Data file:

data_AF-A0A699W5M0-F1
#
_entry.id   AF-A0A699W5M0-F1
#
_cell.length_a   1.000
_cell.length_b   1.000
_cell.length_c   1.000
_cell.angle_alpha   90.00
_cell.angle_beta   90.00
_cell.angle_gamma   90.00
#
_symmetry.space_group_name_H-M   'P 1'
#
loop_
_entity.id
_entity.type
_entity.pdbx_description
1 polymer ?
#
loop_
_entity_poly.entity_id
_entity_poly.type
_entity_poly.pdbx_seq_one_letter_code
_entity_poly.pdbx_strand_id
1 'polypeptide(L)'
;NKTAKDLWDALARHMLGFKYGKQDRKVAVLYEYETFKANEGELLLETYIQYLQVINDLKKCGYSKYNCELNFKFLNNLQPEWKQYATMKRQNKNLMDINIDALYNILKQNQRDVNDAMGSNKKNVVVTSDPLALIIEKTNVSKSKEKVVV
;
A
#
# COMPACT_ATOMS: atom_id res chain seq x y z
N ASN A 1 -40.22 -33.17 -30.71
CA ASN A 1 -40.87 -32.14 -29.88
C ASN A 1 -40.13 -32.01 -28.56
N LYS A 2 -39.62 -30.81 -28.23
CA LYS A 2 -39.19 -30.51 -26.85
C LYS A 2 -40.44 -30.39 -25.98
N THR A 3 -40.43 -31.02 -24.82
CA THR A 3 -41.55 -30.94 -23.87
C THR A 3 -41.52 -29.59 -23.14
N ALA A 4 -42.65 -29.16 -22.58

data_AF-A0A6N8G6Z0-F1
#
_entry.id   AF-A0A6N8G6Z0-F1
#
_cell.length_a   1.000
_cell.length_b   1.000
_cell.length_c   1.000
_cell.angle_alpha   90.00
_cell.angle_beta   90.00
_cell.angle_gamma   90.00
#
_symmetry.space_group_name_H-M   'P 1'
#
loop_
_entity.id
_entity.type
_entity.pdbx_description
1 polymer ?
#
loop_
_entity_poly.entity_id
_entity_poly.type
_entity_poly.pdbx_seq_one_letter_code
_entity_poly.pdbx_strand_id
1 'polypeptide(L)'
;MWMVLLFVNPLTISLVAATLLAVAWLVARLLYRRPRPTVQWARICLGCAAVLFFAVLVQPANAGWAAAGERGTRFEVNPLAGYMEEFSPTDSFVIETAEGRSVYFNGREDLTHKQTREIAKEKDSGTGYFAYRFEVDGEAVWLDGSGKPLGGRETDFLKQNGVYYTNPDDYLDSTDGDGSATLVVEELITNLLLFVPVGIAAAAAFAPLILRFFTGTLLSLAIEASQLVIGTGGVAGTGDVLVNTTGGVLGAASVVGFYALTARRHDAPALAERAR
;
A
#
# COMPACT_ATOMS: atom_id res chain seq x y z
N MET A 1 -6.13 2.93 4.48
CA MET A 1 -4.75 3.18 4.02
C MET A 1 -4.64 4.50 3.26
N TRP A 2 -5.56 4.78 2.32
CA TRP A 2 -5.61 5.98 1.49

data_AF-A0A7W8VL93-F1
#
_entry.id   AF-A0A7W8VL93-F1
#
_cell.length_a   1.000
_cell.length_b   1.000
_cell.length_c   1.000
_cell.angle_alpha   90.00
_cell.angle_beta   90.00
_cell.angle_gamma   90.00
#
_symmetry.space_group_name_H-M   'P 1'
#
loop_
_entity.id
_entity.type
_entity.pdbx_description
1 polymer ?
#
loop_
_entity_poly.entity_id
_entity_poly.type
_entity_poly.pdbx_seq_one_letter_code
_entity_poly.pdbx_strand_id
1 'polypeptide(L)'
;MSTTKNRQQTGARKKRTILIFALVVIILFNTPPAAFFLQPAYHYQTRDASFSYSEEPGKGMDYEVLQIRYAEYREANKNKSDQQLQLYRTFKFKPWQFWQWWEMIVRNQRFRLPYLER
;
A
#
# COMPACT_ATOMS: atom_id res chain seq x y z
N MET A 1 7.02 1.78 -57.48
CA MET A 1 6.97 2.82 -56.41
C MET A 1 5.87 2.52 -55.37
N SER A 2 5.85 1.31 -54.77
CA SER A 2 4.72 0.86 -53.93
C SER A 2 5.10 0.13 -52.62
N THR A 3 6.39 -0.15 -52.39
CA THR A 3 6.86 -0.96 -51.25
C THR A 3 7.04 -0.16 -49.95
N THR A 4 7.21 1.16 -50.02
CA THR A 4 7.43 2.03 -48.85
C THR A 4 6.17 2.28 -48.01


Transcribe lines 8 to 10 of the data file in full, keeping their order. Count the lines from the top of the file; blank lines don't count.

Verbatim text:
_cell.angle_alpha   90.00
_cell.angle_beta   90.00
_cell.angle_gamma   90.00